Local fantasy writer and environmentalist Glenda Larke (whom I wrote about some time back) talks about the role of the reviewer, and her own feelings about being reviewed:
... a good review should do one major thing: it should give a reader who hasn’t read the work an idea whether he would like it or not (or alternatively give a reader who has read it something more to think about).I'm usually on the other side of the equation, reviewing writers. Just hope I get it right.
It is not enough to retell the story, obviously. And it is certainly not enough to criticise the work – favourably or otherwise – without saying, coherently, why. There are three kinds of reviews which particularly bug me: the one that is dismissive from the start, e.g. the snide reviewer given a science fiction book to review by a newspaper editor when he loathes the genre, and who then has fun ridiculing it for being science fiction; secondly, the reviewer who attacks the author rather than the work, e.g. on his or her politics; and thirdly the reviewer who slams (or praises) a work but never gives a thoughtful reason.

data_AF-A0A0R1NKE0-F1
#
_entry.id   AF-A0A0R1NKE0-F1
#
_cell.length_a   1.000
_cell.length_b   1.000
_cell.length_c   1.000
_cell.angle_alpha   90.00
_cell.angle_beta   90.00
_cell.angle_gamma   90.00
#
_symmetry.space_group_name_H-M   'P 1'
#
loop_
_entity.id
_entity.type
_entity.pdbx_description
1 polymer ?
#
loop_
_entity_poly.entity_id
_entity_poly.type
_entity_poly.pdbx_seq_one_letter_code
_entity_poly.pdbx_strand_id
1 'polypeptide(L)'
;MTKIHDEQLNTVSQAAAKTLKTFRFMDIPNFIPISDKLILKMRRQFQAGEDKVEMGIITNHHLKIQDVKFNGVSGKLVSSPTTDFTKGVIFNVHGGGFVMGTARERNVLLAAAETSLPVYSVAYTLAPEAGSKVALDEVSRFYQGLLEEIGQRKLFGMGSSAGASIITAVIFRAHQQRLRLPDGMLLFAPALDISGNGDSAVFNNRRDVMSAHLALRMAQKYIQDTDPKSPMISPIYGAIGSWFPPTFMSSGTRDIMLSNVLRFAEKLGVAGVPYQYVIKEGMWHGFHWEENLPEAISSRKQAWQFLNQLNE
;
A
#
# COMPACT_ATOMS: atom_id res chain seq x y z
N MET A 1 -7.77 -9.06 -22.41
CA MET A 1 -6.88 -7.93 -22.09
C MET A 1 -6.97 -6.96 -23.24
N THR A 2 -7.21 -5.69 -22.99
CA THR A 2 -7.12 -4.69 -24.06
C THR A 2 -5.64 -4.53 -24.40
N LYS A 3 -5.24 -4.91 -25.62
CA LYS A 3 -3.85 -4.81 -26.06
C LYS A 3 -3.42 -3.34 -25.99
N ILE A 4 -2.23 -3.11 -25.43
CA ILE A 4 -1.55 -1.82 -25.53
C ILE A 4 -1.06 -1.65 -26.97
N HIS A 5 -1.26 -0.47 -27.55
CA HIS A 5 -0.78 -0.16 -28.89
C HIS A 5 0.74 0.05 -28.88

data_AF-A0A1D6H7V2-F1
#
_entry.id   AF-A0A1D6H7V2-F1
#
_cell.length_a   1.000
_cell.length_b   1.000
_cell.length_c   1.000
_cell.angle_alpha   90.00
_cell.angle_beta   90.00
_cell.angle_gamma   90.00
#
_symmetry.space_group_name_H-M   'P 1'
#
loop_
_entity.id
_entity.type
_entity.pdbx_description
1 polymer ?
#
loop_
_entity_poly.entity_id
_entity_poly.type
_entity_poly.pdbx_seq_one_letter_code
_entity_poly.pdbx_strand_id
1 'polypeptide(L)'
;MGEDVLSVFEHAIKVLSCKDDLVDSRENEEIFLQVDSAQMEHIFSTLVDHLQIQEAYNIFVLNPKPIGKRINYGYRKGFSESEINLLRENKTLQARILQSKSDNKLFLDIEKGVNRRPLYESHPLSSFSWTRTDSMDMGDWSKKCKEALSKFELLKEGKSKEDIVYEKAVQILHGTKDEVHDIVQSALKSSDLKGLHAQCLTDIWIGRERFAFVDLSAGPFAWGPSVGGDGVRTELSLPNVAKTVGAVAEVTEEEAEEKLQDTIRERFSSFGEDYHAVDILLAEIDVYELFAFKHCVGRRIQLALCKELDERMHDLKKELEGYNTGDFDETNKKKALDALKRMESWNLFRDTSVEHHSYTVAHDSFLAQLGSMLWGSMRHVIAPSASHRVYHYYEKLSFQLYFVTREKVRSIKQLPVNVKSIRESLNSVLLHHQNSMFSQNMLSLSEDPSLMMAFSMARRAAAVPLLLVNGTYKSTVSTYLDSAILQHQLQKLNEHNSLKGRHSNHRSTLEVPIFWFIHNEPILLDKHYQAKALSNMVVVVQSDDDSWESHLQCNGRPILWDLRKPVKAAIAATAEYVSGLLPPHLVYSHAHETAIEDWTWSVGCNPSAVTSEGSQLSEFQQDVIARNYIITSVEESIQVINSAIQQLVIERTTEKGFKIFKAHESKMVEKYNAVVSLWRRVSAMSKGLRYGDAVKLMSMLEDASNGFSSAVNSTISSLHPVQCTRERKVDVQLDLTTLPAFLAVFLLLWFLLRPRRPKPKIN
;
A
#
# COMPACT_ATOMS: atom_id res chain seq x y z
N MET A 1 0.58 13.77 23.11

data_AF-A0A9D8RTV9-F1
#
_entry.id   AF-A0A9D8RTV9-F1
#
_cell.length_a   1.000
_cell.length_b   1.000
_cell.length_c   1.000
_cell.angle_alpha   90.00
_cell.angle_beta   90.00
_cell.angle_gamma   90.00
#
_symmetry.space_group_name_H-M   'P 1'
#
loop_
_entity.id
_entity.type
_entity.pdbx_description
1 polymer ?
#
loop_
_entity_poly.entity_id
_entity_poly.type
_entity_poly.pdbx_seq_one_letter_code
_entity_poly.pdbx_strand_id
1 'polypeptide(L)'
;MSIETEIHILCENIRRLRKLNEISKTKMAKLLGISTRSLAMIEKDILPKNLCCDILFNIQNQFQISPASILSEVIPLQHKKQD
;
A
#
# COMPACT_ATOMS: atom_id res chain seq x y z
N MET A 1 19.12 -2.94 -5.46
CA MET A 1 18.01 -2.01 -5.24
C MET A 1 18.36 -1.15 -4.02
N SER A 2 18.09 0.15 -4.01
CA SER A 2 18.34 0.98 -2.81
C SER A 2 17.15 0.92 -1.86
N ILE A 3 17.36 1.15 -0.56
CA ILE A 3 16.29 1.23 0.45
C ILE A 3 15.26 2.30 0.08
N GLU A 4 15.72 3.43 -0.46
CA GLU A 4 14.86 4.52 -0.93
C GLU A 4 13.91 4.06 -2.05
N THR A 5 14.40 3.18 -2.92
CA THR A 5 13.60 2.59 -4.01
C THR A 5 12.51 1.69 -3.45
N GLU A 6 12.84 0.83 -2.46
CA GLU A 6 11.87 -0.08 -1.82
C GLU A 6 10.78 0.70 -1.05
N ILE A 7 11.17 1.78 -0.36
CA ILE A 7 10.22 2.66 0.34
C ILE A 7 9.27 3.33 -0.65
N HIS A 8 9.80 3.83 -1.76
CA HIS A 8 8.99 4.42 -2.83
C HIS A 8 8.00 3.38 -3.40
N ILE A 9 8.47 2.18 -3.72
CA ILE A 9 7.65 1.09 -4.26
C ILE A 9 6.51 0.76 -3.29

As an author, I look upon all reviews as a chance for me to learn. What worked, at least as far as this particular reviewer is concerned? What didn’t? And why? If the reviewer can tell me any of that, I am pathetically grateful.